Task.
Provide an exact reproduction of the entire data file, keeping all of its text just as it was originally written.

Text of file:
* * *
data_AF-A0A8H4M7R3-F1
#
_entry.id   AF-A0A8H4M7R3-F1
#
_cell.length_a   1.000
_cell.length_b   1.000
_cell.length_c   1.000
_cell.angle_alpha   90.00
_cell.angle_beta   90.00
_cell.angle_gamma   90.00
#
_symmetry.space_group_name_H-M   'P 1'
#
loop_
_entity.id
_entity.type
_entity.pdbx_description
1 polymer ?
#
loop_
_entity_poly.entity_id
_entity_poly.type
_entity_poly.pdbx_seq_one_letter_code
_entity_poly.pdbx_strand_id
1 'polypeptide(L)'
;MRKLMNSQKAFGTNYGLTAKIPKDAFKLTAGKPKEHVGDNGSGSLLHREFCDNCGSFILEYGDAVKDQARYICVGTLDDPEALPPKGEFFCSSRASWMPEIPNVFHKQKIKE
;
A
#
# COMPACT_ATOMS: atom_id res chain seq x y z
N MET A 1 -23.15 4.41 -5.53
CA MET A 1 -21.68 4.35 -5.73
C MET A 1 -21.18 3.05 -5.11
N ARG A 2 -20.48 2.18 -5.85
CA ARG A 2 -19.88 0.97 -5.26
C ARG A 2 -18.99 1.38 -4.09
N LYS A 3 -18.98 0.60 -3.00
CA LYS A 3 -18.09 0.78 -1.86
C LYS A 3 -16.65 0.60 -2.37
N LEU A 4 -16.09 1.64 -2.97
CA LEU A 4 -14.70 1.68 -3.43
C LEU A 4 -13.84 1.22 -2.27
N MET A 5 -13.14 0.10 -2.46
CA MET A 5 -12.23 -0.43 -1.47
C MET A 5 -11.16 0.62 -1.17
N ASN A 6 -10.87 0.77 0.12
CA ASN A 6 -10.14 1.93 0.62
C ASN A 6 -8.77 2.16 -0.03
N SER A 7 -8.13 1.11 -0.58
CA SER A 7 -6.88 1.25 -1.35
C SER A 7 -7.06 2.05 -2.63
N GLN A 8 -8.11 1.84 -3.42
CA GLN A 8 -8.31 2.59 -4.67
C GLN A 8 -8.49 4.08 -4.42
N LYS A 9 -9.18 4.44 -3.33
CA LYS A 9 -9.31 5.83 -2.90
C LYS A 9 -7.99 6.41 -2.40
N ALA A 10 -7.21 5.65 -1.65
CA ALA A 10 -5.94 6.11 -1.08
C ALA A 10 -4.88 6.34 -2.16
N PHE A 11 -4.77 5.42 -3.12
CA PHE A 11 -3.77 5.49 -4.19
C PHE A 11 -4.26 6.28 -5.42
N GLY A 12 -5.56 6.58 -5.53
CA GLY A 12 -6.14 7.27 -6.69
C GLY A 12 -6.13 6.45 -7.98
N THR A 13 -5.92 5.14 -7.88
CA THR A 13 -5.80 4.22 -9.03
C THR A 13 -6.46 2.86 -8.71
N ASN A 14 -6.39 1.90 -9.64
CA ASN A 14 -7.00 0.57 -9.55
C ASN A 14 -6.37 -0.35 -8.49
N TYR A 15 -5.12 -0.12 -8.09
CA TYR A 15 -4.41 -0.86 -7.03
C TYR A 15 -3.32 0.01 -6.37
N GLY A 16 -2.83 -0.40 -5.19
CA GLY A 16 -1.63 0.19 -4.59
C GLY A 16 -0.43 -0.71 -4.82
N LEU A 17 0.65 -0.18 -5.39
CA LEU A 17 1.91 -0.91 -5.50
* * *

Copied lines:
data_AF-A0A8H4M7R3-F1
#
_entry.id   AF-A0A8H4M7R3-F1
#
_cell.length_a   1.000
_cell.length_b   1.000
_cell.length_c   1.000
_cell.angle_alpha   90.00
_cell.angle_beta   90.00
_cell.angle_gamma   90.00
#
_symmetry.space_group_name_H-M   'P 1'
#
loop_
_entity.id
_entity.type
_entity.pdbx_description
1 polymer ?
#
loop_
_entity_poly.entity_id
_entity_poly.type
_entity_poly.pdbx_seq_one_letter_code
_entity_poly.pdbx_strand_id
1 'polypeptide(L)'
;MRKLMNSQKAFGTNYGLTAKIPKDAFKLTAGKPKEHVGDNGSGSLLHREFCDNCGSFILEYGDAVKDQARYICVGTLDDPEALPPKGEFFCSSRASWMPEIPNVFHKQKIKE
;
A
#
# COMPACT_ATOMS: atom_id res chain seq x y z
N MET A 1 -23.15 4.41 -5.53
CA MET A 1 -21.68 4.35 -5.73
C MET A 1 -21.18 3.05 -5.11
N ARG A 2 -20.48 2.18 -5.85
CA ARG A 2 -19.88 0.97 -5.26
C ARG A 2 -18.99 1.38 -4.09
N LYS A 3 -18.98 0.60 -3.00
CA LYS A 3 -18.09 0.78 -1.86
C LYS A 3 -16.65 0.60 -2.37
N LEU A 4 -16.09 1.64 -2.97
CA LEU A 4 -14.70 1.68 -3.43
C LEU A 4 -13.84 1.22 -2.27
N MET A 5 -13.14 0.10 -2.46
CA MET A 5 -12.23 -0.43 -1.47
C MET A 5 -11.16 0.62 -1.17
N ASN A 6 -10.87 0.77 0.12
CA ASN A 6 -10.14 1.93 0.62
C ASN A 6 -8.77 2.16 -0.03
N SER A 7 -8.13 1.11 -0.58
CA SER A 7 -6.88 1.25 -1.35
C SER A 7 -7.06 2.05 -2.63
N GLN A 8 -8.11 1.84 -3.42
CA GLN A 8 -8.31 2.59 -4.67
C GLN A 8 -8.49 4.08 -4.42
N LYS A 9 -9.18 4.44 -3.33
CA LYS A 9 -9.31 5.83 -2.90
C LYS A 9 -7.99 6.41 -2.40
N ALA A 10 -7.21 5.65 -1.65
CA ALA A 10 -5.94 6.11 -1.08
C ALA A 10 -4.88 6.34 -2.16
N PHE A 11 -4.77 5.42 -3.12
CA PHE A 11 -3.77 5.49 -4.19
C PHE A 11 -4.26 6.28 -5.42
N GLY A 12 -5.56 6.58 -5.53
CA GLY A 12 -6.14 7.27 -6.69
C GLY A 12 -6.13 6.45 -7.98
N THR A 13 -5.92 5.14 -7.88
CA THR A 13 -5.80 4.22 -9.03
C THR A 13 -6.46 2.86 -8.71
N ASN A 14 -6.39 1.90 -9.64
CA ASN A 14 -7.00 0.57 -9.55
C ASN A 14 -6.37 -0.35 -8.49
N TYR A 15 -5.12 -0.12 -8.09
CA TYR A 15 -4.41 -0.86 -7.03
C TYR A 15 -3.32 0.01 -6.37
N GLY A 16 -2.83 -0.40 -5.19
CA GLY A 16 -1.63 0.19 -4.59
C GLY A 16 -0.43 -0.71 -4.82
N LEU A 17 0.65 -0.18 -5.39
CA LEU A 17 1.91 -0.91 -5.50